From the Hip

Maggie Moore, Susie Mosher

Maggie Moore, Susie Mosher

By Stanford Friedman

If you see just one show about depressed yet musical conjoined twins this month, make it From the Hip, a wacky and endearing bit of camp that returns for a brief appearance at the Laurie Beechman Theatre after several sold-out performances back in June. A more informative title for this lark might have been, “A Star is Born Abnormally,” for, at its hard-working heart, it is the tale of an inseparable couple, one of which finds stardom while the other recedes into alcohol and drug-fueled despair. But, you know, in a humorous way.

Sissy (Maggie Moore) and Sassy (Susie Mosher) are the Sheraton Sisters, a four-legged dynamo of talent and weirdness. We follow their hard luck path to fame from playing American Legion halls in Idaho to a New Jersey freak show to the big time at a Philadelphia clam bar, until finally Hollywood comes a callin’. Sassy yearns for the limelight while Sissy would be happy with a hubby. But fate is a cruel task mistress and it’s Sissy who becomes the star. When production starts on their feature film, “Saint Joan,” poor Sassy, dressed in leafy camouflage, must hide behind a sign while Sissy sings about “the saint who sizzles.”

Siamese twin comedy has its own set of rules that are best off not being over-analyzed, but writer/director Blair Fell, who penned this in 1997, (yes, the same year that Side Show opened on Broadway) has a firm grip on them all. There’s the physical humor: Sassy slaps Sissy then holds her own jaw in pain. There’s the throw away one-liner: “I have a feeling in the pit of your stomach.” And there’s the more melancholy line that takes a couple beats to fully appreciate, as in when the twins wish for a pair of conjoined guys, put fear that they might “fall in love diagonally.”

Despite their “shared rectum,” the sisters, and the actors who portray them, are night and day. Moore is subtle, with a deceptively easy singing voice, as much an ingénue as one can be, given the situation. Mosher is a master at broad comedy, and here, when forced into the shadows, she does a deliciously long and silent descent into slobbery self-destruction before finally exploding. Mosher has a long history of burning up the Beechman stage, and does it again this time with a show stopping rendition of “Sassy’s Blues,” where the lyric “can’t live with her, can’t live without her” has never been more literal.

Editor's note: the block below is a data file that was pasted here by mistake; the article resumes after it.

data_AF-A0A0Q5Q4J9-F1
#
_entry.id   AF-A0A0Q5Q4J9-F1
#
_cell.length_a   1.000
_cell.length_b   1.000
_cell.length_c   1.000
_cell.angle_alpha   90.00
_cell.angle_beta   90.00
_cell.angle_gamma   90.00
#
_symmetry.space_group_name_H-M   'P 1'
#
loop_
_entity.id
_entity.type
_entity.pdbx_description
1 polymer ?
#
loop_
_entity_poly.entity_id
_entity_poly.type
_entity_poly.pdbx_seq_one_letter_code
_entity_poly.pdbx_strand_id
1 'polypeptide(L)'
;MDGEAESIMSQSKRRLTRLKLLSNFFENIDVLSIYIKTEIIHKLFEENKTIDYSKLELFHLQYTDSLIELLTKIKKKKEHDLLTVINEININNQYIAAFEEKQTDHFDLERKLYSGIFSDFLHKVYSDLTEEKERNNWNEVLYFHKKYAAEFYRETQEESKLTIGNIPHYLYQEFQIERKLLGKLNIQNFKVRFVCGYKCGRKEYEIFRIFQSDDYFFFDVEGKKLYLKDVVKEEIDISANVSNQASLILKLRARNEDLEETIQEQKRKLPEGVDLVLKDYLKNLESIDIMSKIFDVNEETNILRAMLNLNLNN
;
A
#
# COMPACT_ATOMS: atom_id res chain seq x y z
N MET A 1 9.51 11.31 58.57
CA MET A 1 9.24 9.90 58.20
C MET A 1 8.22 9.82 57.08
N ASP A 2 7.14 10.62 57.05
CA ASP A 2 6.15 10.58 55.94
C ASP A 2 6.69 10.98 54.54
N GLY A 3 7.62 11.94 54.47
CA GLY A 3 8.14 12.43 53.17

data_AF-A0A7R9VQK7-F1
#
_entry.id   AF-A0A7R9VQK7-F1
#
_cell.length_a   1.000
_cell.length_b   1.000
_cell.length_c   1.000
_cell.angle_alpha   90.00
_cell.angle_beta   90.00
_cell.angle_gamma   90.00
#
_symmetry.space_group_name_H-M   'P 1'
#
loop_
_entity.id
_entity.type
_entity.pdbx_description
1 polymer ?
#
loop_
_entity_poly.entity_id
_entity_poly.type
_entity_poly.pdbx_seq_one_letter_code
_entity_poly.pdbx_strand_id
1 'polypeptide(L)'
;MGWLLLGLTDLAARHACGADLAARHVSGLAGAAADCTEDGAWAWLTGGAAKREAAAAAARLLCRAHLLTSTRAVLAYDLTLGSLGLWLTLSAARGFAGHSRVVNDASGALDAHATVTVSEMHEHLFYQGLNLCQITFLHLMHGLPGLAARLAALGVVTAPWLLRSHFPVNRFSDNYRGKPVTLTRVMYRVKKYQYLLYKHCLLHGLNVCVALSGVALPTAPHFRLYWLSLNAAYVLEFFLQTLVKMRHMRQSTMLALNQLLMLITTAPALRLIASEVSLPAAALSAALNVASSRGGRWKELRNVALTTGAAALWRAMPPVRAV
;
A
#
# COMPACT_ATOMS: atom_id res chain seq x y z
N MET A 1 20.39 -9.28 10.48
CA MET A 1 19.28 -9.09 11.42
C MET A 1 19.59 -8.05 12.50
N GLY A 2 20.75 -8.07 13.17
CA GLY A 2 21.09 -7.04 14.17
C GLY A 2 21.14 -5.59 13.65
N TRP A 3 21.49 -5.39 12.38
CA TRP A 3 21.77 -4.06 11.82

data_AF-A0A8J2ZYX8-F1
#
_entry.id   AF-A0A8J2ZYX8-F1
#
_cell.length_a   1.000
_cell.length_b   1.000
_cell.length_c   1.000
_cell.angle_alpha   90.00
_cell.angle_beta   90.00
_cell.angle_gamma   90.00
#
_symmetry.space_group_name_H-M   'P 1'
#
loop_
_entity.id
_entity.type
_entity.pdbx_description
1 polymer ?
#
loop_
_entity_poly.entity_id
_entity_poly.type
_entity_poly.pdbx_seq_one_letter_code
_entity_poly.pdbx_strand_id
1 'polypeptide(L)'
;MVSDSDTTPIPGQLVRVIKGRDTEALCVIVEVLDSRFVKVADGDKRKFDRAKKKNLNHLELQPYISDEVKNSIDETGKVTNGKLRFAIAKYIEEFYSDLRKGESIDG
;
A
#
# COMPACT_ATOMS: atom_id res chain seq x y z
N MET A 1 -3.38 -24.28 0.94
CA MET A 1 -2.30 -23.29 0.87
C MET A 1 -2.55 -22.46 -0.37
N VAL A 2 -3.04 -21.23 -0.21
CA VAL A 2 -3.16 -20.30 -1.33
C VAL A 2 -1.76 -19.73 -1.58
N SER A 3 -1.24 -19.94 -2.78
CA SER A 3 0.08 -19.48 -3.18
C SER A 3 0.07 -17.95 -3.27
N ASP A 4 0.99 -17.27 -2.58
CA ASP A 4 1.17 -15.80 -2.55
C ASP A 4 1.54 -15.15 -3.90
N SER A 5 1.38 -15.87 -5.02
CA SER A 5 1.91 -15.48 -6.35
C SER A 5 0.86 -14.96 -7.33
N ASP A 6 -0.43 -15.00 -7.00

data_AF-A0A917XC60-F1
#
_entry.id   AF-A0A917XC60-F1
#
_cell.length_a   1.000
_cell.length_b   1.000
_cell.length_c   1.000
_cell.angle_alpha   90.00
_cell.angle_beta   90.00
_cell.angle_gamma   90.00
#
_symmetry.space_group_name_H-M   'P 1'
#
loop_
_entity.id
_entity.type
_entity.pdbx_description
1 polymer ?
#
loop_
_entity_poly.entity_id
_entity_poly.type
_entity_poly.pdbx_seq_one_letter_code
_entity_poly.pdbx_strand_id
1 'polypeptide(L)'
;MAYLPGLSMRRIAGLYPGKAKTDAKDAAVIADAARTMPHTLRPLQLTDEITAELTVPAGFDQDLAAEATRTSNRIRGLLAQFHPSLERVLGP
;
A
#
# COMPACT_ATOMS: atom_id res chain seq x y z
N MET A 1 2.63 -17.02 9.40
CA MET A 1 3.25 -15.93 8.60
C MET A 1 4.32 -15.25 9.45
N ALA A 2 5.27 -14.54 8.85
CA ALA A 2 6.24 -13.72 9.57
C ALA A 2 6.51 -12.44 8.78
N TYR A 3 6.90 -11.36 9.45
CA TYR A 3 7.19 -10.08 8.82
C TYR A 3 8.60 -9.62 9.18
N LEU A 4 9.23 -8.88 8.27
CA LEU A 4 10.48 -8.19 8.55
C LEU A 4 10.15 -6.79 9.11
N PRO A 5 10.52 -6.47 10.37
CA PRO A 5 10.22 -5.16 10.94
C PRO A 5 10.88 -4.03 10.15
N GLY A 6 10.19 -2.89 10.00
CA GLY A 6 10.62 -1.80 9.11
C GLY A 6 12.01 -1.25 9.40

While the sisters’ collective back is turned, Amy Ziff, from the alt-rock band Betty, steals the show away from them in a pair of hilarious and ridiculously inappropriate supporting roles. As Lobster Boy, a side show reject with flipper hands and a dream of jazz woodwind greatness, she represents Sassy’s would-have-been happy ending. But with an assuredness that the “claw technique will be the fingering of the 60’s,” Lobster Boy heads off into a very misguided future. And as the sinister Carlotta, the Minsk-born president of the Sheraton Sister Fan Club, Ziff puts on a Helga wig and a Boris & Natasha accent. She arrives bearing beef jerky which, in lieu of having scenery in this production, gives everyone something to chew.

From the Hip – Written and directed by Blair Fell; original songs by Maggie Moore.

WITH: Susie Mosher (Sassy), Maggie Moore (Sissy), Amy Ziff (Lobster Boy, Carlotta, Mama), Blair Fell (Dogface), Sean Kenin (Phil, Bert, Mo), Brooke Elsinghorst (Prop Girl).

Lights and sound by Abby Judd; Twins costumes by Wade Dooley; Twins wigs by Jonathan Sharpless; Hope Royaltey, producer; Chip Duckett, producer. At the Laurie Beechman Theatre, 407 W 42nd St. Remaining performances: November 11 and November 18 at 7:00 PM, $20 food/beverage minimum, www.SpinCycleNYC.com, 212-352-310. Running time: 70 minutes.

Author: Stanford Friedman

With an MLS in Library Science from Rutgers and an MFA in Creative Writing from Columbia, Stan’s published works range from the technical to the abstract. He has written cover stories and reportage for Library Journal, obituaries for The Times of London, over 200 cookbook reviews for Publishers Weekly, and dozens of TV and theater reviews for New York Press. Prior to his current career, he worked a variety of theatrical odd jobs ranging from clerk at the Drama Book Shop to a roving Renaissance festival bloodletter to Special Effects Technician for the original Off-Broadway production of Little Shop of Horrors. Follow him on Twitter: @BroadwayCrit and Show-Score.

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